Consumer data company Acxiom and document company LexisNexis are developing systems to handle this task. Some opponents say putting travel information in the hands of private companies has its own problems. Acxiom recently discovered two successful hacking attempts on its database, the first in its history. The company says it is implementing new security measures.

Larger view
Image Worth the wait?

Federal officials also say the contractors will be under a strict agreement not to sell or otherwise use the data for non-security purposes.

Despite these worries, Dallas aviation lawyer Kent Krause says the role of the government will still create the more troubling issues. We might not always like them, he says, but at least the legal limits on commercial use of personal information are well-defined.

"The question that I think is more difficult is, when the government seeks that information for national security purposes, historically there has been wide latitude in allowing the government to do that," Krause says.

Opponents fear the scope and mechanics of CAPPS II could expand in ways that are not yet clear. They say the system has already been vulnerable to "mission creep." The TSA recently revealed CAPPS II may look not just for terrorists, but for wanted felons and illegal immigrants as well.

Opponents point out that while Europe and Canada have comprehensive, over-arching privacy laws that protect travel information, the U.S. does not.

When you get shrill opponents out there who make simply false claims in an effort to either fear-monger or discredit the program, it's truly unfortunate.
- TSA spokesman Mark Hatfield

Consumer travel advocate Edward Hasbrouck says both before and after 9/11, information has routinely changed hands between the private sector and government.

"I've seen a case where local police have come into a travel agency investigating a suspect and said, 'Can you tell us about their reservations?' I wasn't comfortable with this as a travel agent, but the manager at that agency -- where I no longer work -- immediately pulled the file and gave the police everything they had," Hasbrouck says. "And there was no law to restrict that. That kind of thing goes on every day."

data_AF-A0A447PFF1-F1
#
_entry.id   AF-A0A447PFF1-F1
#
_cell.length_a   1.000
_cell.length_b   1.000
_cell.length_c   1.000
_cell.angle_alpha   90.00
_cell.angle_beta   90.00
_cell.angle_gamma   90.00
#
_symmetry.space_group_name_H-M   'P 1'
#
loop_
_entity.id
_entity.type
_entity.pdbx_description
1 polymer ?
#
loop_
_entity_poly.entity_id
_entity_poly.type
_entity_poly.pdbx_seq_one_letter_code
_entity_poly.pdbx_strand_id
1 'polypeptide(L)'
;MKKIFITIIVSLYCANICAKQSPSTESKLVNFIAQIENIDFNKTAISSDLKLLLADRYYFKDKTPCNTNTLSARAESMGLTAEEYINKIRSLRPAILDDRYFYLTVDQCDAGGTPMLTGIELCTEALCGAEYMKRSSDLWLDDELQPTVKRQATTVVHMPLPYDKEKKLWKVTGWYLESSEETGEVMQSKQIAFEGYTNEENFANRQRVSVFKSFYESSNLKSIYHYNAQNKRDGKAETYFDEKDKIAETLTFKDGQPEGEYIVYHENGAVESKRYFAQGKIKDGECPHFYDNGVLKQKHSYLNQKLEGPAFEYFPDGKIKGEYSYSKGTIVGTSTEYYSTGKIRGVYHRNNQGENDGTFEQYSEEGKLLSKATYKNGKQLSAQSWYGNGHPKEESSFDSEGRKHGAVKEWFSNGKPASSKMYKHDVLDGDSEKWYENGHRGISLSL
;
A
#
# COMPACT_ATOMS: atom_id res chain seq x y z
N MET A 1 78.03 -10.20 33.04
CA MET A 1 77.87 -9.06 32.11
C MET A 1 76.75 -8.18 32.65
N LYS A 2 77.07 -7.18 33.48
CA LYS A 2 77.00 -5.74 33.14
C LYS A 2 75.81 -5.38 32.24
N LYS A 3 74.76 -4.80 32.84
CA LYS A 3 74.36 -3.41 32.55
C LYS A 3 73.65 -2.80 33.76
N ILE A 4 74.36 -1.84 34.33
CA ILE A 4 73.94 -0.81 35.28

Privacy advocates do have some U.S. laws at their disposal. The Privacy Act of 1974 limits how government agencies share information among themselves. The Electronic Privacy Communications Act restricts the electronic transmittal of personal information.

The EPCA is cited in a suit against Northwest Airlines for sharing passenger data with NASA two years ago. Northwest is also being sued for deceptive trade, under the allegation that it violated its own privacy policy.

The airline would not comment for this story, but has said its actions were within the bounds of the law.

Consider the conflict posed by the Air Transportation Security Act, passed just before Northwest transferred the information. Without amending existing privacy laws, the act placed control of passenger screening -- and hence passenger information -- squarely in the hands of the government.

For that and other reasons, lawyers like Kent Krause say the transfer of travel information for national security remains a fuzzy area.

"We don't know the answer yet because it hasn't been tested in the courts," Krause says. "But Congress has granted a broad power to look at this information. And I think if it's done in a discreet manner by the government, to a certain point I think it will likely be upheld."

An attorney suing Northwest over the NASA data transfer believes differently. Stuart Davidson says the Constitution and other earlier laws trump conflicting mandates that came after 9/11.

"You cannot violate people's rights in order to comply with the law," Davidson says. "That would essentially give carte blanche to the federal government to violate people's civil rights, simply under the guise that it relates to safety. And you can't do that. There are limits."

The debate shows no signs of cooling, and the nation's airlines remain reluctant to help test CAPPS II. But some security experts say the clock is ticking.

Kathy Sweet is a former U.S. Air Force officer, and author of two books on airline security. She says at this point the new passenger screening system is not just stalled -- it's moving backward.

"We need some system to be able to differentiate between regular Joe Schmoe, and some person who's a bad guy," Sweet says. "It needs to be tested. And once you test it, then you can find some of the flaws. But now no airline wants to participate because of all the publicity."

The Department of Homeland Security agrees, and is still pushing for testing this year. But to opponents, even testing CAPPS II is the first step down a dangerous road.

Respond to this story
News Headlines
Related Subjects